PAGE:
Update on the pine rockland and butterfly garden plantings: one of Bound by Beauty’s members watched an Atala butterfly christen a newly planted coontie with her eggs several days ago; and two of us watched this morning as a Sleepy orange butterfly deposited her eggs on the Bahama senna! It is a wonderful feeling to provide a safe sanctuary for pregnant female butterflies and their offspring!
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Bound by Beauty gathered together with friends, neighbors, members of the Miami Shores Community Church Garden Program, and AT&T Pioneers to install a pine rockland, marking the second phase of the transformation of a spacious, sod-covered rear churchyard into a community garden and sanctuary for butterflies and other pollinators, as well as endangered native plant species.
Pine rocklands are an incredibly rich, critically endangered habitat, containing numerous flora and fauna that are found nowhere else on earth. Fairchild Tropical Botanical Garden has a wonderful program designed to connect the few remaining fragments of pine rocklands, through plantings in urban gardens. You can read more about the Connect to Protect Network here. By joining this network, the Community Church school was given ten free pine rockland plants. Additional plants and other supplies were purchased thanks to a donation from Meg Watson, Pastor at the Community Church.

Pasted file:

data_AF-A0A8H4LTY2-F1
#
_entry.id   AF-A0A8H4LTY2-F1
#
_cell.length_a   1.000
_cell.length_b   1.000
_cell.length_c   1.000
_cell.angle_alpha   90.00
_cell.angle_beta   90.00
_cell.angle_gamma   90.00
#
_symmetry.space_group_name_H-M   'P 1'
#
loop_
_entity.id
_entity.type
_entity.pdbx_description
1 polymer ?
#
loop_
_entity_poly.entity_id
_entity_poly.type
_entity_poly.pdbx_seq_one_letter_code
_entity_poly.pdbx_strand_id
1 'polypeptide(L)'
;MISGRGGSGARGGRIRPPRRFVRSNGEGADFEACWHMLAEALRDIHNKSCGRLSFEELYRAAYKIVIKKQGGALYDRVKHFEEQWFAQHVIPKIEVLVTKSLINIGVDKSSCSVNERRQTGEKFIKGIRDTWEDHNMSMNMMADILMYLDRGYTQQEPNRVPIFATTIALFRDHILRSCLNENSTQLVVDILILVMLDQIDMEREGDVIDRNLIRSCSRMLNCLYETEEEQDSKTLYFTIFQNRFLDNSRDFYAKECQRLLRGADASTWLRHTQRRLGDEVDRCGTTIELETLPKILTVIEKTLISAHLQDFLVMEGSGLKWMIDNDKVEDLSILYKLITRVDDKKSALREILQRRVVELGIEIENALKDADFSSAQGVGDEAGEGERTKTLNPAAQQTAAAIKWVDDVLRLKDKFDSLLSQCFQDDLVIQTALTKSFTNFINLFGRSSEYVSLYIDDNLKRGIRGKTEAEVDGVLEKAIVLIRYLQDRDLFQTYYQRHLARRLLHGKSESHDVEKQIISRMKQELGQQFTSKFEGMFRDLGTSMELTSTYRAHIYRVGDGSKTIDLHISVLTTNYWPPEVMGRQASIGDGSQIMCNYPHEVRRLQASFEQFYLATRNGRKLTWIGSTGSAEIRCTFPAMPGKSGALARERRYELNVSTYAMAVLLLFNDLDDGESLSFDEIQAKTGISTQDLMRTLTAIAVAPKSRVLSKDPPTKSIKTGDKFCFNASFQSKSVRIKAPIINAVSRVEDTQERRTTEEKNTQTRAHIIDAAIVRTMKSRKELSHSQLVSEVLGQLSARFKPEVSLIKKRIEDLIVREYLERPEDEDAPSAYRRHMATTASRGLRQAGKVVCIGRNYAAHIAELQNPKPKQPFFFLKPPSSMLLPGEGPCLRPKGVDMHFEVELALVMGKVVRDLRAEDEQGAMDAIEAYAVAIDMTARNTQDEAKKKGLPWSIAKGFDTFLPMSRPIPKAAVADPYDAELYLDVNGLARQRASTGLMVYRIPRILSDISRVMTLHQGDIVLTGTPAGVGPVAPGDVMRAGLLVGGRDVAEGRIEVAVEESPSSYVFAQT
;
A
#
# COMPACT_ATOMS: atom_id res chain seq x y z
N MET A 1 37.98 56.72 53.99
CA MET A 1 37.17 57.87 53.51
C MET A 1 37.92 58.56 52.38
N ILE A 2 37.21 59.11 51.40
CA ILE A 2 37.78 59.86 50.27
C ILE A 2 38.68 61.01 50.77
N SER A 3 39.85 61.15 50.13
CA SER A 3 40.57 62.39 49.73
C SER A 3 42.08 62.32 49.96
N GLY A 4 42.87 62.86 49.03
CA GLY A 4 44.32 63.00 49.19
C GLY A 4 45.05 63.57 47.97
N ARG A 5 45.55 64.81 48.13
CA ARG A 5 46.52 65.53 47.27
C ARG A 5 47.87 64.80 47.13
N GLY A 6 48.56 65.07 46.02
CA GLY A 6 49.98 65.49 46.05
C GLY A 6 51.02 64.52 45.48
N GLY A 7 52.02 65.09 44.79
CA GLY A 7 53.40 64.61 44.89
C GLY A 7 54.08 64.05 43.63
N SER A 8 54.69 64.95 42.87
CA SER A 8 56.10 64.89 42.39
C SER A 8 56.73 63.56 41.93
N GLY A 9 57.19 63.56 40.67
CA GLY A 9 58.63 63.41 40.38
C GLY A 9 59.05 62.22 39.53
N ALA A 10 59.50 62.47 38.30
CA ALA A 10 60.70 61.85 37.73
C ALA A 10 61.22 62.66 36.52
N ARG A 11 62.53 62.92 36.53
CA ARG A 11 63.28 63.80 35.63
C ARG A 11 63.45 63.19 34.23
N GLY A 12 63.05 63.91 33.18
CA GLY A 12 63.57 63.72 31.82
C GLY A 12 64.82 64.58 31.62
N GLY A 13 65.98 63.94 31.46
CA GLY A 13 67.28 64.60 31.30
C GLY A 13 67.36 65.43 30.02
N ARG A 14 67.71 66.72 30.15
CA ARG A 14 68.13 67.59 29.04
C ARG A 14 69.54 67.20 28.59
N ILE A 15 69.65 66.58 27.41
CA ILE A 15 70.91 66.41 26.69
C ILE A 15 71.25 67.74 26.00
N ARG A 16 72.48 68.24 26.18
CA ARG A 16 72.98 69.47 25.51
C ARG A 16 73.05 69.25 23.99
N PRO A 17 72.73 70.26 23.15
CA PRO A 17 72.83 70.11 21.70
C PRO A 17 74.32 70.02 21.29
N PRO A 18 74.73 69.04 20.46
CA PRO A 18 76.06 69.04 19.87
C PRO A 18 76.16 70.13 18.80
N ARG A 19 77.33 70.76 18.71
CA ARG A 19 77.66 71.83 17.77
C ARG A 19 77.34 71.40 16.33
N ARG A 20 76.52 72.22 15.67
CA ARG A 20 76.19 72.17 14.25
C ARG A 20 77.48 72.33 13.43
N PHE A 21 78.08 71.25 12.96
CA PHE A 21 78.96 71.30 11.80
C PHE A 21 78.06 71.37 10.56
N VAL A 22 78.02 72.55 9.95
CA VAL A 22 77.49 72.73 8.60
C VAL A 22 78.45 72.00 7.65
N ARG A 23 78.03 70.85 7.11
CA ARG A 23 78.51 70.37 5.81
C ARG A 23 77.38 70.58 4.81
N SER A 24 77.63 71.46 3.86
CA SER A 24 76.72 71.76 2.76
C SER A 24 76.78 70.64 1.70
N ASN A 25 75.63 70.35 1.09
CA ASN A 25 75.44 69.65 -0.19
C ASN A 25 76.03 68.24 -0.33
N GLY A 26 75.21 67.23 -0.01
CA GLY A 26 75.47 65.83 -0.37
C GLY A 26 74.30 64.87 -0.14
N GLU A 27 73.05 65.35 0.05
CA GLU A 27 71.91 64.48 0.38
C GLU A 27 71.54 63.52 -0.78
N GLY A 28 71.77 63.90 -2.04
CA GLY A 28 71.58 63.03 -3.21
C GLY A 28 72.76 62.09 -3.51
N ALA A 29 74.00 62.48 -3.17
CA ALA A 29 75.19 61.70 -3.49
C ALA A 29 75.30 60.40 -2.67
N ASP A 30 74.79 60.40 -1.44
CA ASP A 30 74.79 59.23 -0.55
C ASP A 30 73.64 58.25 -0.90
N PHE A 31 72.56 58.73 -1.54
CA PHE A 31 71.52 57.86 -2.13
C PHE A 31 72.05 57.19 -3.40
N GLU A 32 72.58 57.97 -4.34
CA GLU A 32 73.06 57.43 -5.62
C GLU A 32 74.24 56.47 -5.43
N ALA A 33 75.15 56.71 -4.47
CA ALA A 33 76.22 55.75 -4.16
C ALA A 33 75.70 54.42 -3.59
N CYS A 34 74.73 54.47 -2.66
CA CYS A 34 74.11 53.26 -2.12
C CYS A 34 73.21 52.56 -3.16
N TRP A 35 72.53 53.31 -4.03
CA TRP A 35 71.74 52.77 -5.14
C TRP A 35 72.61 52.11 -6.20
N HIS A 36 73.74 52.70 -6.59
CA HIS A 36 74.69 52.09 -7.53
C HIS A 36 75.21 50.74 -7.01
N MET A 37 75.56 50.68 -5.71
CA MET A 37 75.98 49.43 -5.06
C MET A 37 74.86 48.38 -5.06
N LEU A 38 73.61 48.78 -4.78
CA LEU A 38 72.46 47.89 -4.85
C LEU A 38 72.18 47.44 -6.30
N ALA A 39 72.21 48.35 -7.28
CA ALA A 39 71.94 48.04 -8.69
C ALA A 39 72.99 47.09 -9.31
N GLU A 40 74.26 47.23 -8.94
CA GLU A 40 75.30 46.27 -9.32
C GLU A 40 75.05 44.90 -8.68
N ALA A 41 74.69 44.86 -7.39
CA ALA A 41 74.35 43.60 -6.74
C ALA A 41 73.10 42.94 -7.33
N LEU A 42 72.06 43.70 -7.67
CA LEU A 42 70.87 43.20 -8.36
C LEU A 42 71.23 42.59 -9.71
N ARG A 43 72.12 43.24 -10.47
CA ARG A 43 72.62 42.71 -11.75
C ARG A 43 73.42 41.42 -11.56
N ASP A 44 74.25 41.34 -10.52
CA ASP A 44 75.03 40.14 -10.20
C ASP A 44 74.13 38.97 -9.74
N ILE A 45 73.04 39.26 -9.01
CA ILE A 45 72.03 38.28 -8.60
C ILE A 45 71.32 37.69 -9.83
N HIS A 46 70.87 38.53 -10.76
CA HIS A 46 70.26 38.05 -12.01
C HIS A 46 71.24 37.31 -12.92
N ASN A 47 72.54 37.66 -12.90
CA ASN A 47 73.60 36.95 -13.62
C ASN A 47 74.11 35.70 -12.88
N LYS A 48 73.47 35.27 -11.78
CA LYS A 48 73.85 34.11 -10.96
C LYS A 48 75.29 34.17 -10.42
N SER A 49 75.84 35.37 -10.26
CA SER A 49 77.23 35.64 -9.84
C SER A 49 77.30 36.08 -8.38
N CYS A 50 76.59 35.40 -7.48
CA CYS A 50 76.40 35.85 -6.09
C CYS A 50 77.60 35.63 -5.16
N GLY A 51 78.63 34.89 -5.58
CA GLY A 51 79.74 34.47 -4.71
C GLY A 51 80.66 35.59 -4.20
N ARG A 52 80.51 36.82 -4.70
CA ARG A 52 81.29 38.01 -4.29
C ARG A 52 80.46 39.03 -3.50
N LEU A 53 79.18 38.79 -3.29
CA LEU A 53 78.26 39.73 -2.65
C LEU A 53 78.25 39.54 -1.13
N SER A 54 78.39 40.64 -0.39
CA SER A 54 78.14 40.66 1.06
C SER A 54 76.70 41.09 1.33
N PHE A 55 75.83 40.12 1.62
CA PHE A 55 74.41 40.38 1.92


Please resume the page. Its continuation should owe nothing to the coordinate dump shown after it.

We started by gazing in delight at a pair of mating Monarch butterflies in the previously planted butterfly garden, which you can read about here.
We added some yellowtop plants to the butterfly garden, as well as a Chaya, or Mexican tree spinach cane, whose lovely white flowers will attract nearly all native species of butterflies to its nectar (you can read how humans benefit from this plant here).
Others, meanwhile, started adding plants to the pine rockland. We planted three Florida slash pines, a tree whose disappearance due to urbanization in South Florida has led to the near-extinction of the Flying squirrel and the Red-cockaded woodpecker.
In addition to the Florida slash pine, we planted coontie, the host plant for the Atala butterfly; wild lantana; pineland croton, the host plant of the critically endangered Bartram’s scrub-hairstreak and Florida leafwing butterflies; Chapman’s liatris, as well as sunshine mimosas (the only species not associated with pine rocklands). All of these species are drought-tolerant once established.
The pine rockland may be little, but its message is mighty: we must join together to save nature, which we depend on for our existence. It was a joyful experience for everybody involved to take such positive steps toward healing nature and creating a sanctuary for butterflies, endangered plants, and humans. Stop by and take a look! And stay tuned as we find creative ways to expand Miami Shores’ first community garden.